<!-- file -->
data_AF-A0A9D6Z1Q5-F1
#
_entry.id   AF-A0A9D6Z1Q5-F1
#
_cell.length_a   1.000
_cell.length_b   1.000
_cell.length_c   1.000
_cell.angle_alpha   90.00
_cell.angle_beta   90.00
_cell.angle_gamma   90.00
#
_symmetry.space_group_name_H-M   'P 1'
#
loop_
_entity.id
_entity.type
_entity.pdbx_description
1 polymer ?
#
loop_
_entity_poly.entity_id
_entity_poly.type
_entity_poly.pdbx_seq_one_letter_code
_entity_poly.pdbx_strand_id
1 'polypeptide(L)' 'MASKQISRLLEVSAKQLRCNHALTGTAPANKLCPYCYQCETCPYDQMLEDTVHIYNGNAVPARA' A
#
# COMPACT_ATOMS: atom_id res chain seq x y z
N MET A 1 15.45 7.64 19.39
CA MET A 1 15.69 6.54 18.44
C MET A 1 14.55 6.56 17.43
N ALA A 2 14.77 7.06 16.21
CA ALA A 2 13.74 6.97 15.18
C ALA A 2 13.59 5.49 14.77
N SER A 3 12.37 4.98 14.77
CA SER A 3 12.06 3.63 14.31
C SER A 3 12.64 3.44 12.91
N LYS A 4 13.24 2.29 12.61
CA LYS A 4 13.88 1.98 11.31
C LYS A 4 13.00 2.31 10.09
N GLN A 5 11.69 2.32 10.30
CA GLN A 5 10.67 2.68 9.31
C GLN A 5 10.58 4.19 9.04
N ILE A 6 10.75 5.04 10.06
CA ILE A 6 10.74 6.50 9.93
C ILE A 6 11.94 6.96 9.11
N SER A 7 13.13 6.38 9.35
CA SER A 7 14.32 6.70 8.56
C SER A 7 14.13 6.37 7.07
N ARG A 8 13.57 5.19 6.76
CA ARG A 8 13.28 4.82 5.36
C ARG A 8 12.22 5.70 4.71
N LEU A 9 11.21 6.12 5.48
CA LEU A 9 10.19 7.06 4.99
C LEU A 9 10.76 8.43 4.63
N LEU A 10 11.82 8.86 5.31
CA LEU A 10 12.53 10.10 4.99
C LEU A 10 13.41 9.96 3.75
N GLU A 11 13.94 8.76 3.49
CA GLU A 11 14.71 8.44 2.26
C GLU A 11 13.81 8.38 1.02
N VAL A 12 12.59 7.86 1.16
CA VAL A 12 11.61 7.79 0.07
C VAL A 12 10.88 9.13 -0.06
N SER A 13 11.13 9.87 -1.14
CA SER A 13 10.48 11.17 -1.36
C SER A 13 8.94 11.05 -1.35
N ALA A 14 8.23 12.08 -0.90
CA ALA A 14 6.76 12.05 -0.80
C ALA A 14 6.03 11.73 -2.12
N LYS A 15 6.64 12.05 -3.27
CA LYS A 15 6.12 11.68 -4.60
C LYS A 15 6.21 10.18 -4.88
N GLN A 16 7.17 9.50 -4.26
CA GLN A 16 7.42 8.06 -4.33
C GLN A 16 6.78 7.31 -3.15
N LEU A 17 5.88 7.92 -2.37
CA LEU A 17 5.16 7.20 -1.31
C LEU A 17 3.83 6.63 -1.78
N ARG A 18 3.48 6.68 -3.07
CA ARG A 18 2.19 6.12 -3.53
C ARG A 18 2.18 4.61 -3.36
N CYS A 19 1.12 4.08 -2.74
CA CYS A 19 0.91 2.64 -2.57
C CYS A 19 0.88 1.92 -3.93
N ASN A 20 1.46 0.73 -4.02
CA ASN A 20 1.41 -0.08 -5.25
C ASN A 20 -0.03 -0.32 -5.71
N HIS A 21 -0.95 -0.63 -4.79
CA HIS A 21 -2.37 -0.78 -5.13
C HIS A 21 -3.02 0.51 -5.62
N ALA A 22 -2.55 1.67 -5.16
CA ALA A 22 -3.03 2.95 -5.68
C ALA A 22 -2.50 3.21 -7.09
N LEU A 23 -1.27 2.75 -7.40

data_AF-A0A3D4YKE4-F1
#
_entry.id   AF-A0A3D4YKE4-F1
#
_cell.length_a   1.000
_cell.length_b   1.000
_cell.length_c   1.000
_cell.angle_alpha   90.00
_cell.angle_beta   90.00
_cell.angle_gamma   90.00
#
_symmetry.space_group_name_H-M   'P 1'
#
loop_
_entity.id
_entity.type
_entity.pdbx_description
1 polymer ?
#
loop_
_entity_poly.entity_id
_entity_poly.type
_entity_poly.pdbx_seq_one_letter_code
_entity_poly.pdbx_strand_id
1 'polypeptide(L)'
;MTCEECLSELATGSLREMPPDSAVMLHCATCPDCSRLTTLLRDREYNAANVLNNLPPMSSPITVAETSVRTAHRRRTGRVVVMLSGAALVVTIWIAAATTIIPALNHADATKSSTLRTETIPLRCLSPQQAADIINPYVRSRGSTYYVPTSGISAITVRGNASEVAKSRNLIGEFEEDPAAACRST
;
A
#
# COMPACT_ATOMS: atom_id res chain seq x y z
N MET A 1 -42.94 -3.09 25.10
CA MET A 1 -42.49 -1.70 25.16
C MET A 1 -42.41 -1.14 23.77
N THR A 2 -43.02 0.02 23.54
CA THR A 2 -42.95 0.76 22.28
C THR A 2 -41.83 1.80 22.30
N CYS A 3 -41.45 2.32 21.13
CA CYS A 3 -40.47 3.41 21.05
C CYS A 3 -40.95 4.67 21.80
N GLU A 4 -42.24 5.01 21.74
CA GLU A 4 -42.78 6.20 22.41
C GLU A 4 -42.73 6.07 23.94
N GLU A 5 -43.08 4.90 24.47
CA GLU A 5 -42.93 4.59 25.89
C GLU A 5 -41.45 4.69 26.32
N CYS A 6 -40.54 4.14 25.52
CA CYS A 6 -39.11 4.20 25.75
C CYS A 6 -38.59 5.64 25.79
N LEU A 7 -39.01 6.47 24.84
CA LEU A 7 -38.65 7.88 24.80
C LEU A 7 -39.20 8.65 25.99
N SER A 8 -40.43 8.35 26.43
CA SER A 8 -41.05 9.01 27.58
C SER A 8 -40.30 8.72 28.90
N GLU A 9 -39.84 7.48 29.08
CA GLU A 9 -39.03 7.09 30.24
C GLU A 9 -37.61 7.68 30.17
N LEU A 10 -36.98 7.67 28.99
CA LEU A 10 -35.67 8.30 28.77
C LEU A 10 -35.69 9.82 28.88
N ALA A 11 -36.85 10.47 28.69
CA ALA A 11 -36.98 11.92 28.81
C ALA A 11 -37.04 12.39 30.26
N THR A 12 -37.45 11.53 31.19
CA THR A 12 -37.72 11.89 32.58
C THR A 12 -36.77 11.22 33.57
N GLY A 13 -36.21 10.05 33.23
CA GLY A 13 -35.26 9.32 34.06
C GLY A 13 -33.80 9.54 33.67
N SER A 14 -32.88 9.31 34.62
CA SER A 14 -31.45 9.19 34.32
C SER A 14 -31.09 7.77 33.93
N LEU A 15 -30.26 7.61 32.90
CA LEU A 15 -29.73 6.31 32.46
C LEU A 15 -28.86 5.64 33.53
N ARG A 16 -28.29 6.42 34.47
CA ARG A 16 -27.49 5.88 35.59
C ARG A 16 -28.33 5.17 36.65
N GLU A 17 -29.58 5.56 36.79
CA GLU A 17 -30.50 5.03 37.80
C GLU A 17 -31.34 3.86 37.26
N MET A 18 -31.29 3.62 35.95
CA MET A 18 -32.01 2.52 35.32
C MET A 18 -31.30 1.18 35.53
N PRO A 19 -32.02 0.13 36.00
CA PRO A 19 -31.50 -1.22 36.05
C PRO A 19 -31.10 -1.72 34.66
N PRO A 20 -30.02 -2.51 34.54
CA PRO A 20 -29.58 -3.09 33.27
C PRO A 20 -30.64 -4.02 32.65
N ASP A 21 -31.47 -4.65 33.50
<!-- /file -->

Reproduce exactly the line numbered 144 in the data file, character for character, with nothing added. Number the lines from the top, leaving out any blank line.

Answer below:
CA LEU A 7 -38.65 7.88 24.80